Novel Treatment May Prevent Diabetic Neuropathy
A genetic modification prevented neuropathy in obese mice with diabetes.
Depleting the chemical GM3 was found to prevent the development of neuropathy in obese mice with diabetes in a recent study.
It’s estimated that about 25% of patients with type 2 diabetes suffer from numbness and extreme nerve pain in their feet. With few treatment options available for patients suffering from neuropathy, new findings from a study published in Molecular Pain could potentially prevent, or reverse diabetic neuropathy.
“We have such terrible treatments right now for the neuropathy of diabetes,” said corresponding study author Amy Paller. “We’re basically only treating the pain. This is a novel pathogenesis-based approach that looks at what’s causing the neuropathy and reverses that instead of just treating the pain.”
During the study, researchers applied a gene therapy ointment to the footpad of diabetic mice to deplete GM3 and GM3 synthase, the enzyme that makes GM3. The authors noted that this type of neuropathy goes beyond the typical numbness that some patients with this condition experience.
“It’s not that you just don’t have sensation in your feet,” said first study author Daniela Menichella. “You have shooting pain, which is the unbearable part. Pain is a debilitating affliction and one of the worst complications of diabetes.”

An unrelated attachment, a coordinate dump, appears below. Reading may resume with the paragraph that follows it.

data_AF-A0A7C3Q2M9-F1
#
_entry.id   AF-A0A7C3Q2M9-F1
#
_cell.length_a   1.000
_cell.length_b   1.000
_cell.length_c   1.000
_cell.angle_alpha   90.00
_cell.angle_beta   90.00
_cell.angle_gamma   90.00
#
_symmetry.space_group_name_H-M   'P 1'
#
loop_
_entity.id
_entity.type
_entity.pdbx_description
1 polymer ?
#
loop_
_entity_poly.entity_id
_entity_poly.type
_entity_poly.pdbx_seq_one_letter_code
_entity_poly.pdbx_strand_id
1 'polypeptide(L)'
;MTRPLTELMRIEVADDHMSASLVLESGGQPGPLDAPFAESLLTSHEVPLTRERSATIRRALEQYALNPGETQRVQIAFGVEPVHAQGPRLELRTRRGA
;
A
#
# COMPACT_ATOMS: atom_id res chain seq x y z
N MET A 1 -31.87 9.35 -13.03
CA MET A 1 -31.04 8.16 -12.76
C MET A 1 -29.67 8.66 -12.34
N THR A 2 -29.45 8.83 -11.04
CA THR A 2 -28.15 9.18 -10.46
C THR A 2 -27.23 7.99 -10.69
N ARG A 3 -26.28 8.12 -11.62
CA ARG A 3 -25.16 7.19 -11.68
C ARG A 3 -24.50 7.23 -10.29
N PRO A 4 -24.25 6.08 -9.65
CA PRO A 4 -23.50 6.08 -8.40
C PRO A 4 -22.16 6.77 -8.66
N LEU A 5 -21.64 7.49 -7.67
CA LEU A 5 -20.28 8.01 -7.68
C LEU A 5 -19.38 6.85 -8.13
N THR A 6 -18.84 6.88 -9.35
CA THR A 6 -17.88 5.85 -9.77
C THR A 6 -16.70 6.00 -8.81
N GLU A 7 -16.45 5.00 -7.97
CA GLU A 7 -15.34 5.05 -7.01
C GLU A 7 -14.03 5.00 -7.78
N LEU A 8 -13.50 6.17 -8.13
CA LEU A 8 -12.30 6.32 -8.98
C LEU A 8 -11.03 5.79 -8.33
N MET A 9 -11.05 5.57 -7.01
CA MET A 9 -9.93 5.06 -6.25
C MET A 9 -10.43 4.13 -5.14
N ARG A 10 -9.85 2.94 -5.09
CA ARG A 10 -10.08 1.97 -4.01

Prior to this treatment, researchers discovered that routine diabetic mice had significantly more GM3 and GM3 synthase in their nerves compared with normal mice. These same findings were seen in the skin of both humans and mice with diabetes.
Next, researchers compared the function and appearance of the nerves in mice, which had GM3 depleted by genetic manipulation. In routine diabetic mouse skin, the nerves were found to have virtually disappeared from degeneration, but were still normal in appearance in the GM3-depleted mice, despite the mice being as obese and diabetic as routine diabetic mice.
Researchers tested the response to pain through filaments of increasing force that touched the paws of the mice, and then timed how long it took for the mice to withdraw their paw from the pain stimulation.
“The routine diabetic mice had nerve changes that intensified their pain sensation, and they experienced a lot of pain with just a light touch,” Paller said. “When we rescued them by depleting their GM3, they didn’t withdraw their feet (suggesting pain) any more quickly than the mice without diabetes.”
From these findings, researchers advanced their approach to regionally depleting GM3 in the feet with the novel ointment, according to the study.
“If the studies look promising in mice, our long-term goal would be to further test safety and advance to human clinical trials to prevent and/or reverse the development of diabetic neuropathy,” Paller said.